Need help teaching a young dog new tricks.
December 30, 2006 9:01 AM   Subscribe

Need help teaching a young dog new tricks.

I recently adopted a ~1 year old mut through a friend who needed a home. The dog looks like a Collie & Australian Shepard mix according to friends and the vet but her origins are unknown (my friend's parents found her on the street at about a month old).

Anyway, the dog is surprisingly very smart and a joy to have around. So far she can sit, stand, shake hands, wave, lay down, fetch and we are working on rolling over (she almost has it). She is not 100% on the heeling yet either. I think she could eventually be a great Frisbee catching dog, but she doesn't seem to have the mouth-eye coordination down yet.

How do I nurture the curiosity and intelligence of this dog? I've been considering doing obedience training with her, but she is already very well behaved so I'm not sure what I will gain by doing that.

I've googled around for tips and trick and find that good web site are hard to find on the subject. Good links and book recommendations are very welcome here. Any advice welcome.

I found that a lot of resources have instruction on what you need to do when the dog is still a puppy, but that isn't possible now. She is eager to learn what I teach her and responds well to praise.
posted by nickerbocker to Pets & Animals (5 answers total) 1 user marked this as a favorite
You could try agility training, or you could see this post about things to teach a working breed.
posted by dilettante at 9:24 AM on December 30, 2006

Look into clicker training. It doesn't matter how old the dog is.
posted by dobbs at 9:50 AM on December 30, 2006

I second clicker traning. Definitely take some obediance training classes. These are more for you than the dog, the dog is just there for you to practice on. When I took agility classes the teacher could get my dog to do anything. He was smart, I was the dumb one. You could also look into canine freestyle (choreographed dancing with your dog).
posted by BoscosMom at 11:59 AM on December 30, 2006

Here's a list with links, of things to do with your dog. Also, your dog is not old at all. A service dog organization in my area (Freedom Service Dogs) takes dogs in at 18 months (they get them from animal shelters). A younger dog would be sent to a foster home until it was mature enough to start training service skills.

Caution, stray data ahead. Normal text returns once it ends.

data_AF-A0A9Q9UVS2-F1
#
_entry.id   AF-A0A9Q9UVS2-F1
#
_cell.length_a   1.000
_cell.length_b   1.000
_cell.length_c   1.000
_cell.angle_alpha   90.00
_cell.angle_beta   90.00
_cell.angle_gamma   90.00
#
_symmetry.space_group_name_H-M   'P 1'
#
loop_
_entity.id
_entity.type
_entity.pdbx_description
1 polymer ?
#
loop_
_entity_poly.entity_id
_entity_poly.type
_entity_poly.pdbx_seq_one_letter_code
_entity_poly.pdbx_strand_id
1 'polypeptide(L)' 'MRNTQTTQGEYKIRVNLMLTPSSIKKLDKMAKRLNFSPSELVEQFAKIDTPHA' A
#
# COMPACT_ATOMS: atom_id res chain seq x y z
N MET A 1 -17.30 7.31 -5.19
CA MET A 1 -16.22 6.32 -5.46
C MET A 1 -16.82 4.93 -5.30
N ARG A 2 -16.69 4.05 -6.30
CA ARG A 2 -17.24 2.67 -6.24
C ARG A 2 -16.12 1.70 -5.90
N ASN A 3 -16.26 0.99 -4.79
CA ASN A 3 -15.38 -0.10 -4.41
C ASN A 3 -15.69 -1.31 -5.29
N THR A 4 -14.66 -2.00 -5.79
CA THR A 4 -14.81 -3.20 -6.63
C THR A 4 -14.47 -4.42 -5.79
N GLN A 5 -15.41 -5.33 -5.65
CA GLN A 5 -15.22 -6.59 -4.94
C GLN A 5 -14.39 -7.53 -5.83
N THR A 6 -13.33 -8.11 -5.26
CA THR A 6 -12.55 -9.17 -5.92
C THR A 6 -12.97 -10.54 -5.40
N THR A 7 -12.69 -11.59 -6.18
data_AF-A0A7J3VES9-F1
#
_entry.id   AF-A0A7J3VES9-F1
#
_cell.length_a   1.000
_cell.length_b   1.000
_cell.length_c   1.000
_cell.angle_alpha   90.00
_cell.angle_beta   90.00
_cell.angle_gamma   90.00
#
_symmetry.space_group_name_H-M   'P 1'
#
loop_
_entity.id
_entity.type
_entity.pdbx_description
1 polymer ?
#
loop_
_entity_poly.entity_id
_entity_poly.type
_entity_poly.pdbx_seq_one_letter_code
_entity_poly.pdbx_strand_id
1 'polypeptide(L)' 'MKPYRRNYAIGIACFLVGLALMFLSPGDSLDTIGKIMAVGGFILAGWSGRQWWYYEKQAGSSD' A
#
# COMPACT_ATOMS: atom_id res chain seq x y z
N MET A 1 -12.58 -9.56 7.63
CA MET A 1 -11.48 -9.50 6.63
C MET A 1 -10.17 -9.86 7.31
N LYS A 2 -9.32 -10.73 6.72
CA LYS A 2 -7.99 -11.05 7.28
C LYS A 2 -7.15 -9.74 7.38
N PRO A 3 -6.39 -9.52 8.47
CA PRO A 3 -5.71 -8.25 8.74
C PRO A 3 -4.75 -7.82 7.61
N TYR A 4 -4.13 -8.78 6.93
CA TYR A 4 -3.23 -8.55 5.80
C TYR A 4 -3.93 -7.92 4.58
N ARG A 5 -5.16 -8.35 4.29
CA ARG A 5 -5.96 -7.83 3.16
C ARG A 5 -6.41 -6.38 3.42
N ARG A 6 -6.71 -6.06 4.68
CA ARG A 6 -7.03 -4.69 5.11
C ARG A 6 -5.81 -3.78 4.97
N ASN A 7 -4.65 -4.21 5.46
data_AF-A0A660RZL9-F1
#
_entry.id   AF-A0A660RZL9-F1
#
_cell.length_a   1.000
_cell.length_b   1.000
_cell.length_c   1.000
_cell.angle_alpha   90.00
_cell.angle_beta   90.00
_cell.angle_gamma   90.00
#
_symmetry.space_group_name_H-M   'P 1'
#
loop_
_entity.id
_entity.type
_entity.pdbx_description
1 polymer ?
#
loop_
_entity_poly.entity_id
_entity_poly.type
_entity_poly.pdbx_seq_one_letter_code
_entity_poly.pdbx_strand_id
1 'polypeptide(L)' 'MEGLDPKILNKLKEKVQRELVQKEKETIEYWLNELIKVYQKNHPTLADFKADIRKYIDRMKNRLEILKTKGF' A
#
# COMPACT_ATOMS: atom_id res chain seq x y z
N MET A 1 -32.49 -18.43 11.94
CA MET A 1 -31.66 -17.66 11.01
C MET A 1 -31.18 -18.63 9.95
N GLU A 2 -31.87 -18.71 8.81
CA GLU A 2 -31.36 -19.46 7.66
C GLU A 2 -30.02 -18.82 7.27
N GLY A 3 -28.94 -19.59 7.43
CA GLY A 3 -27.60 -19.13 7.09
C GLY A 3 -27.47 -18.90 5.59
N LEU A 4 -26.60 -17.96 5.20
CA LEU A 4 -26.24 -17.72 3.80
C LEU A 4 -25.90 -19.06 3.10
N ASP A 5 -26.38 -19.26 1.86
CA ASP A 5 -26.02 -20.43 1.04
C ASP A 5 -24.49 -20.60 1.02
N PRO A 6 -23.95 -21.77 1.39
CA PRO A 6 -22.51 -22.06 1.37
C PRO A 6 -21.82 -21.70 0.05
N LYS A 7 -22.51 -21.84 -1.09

Some of the best "tricks" are taught by catching your dog doing something naturally and reinforcing it. I was teaching my dog to bring me things when I point to them. My wallet fell open as he was retrieving it and he grabbed a credit card and brought that to me, so I gave him lots of treats and petting and made a big fuss about what a good dog he was. We did it a few more times right away and more throughout the day, and now it's one of his best tricks (so far).
Don't Shoot the Dog is a clicker training book that I started with.
posted by BoscosMom at 12:34 PM on December 30, 2006

look around for a good obedience training class in your area that emphasizes positive-reinforcemtn training, and take your dog through at least the beginning classes, even if she is already well behaved.

a big part of obedience training is the bonding experience between the dog and owner. it can also be an excellent social experience for both you and your dog, and can give you a good idea of what other activities you and your dog will enjoy. basic obedience classes really lay the foundation for your future relationship with your dog.

i've worked in a large regional animal shelter for nearly 13 years now, and can tell you that the majority of the dogs that are relinquished by their owners have had no obedience training at all. when people and their pets are not a "team," there is far less of a bond between them, and it's so much easier for the relationship to be broken when things get even remotely tough (i.e., when people move or situations change, people who haven't taken the time to develop a close relationship with their pet are much quicker to get rid of it than to consider it a member of the family and to take the time to find a situation that includes the pet).

you are on the right track, and you are the kind of owner i wish we could find for all our pets, because you really are considering your dog's needs in a responsible manner. dogs are really wonderful animals when given the love, respect, and consistent direction they crave. when they don't have these things, they can become real problems for their owners -- and then become even bigger problems for potential new owners, who have to start at the beginning if they are to help these animals to fit into society.

it's never, ever too late to train a dog. even older dogs love the attention and bonding that comes from obedience classes. they love being the center of their human's attention for that hour a week class, and the time you spend each day working on their lessons. you will never regret the investment you make by taking your dog through a good class, and you'll lay a good foundation for whatever other activity you want to pursue later.

good luck and have fun with your dog! and bless you for giving a wonderful home to a deserving "secondhand" pet.
posted by doplgangr at 1:30 PM on December 30, 2006

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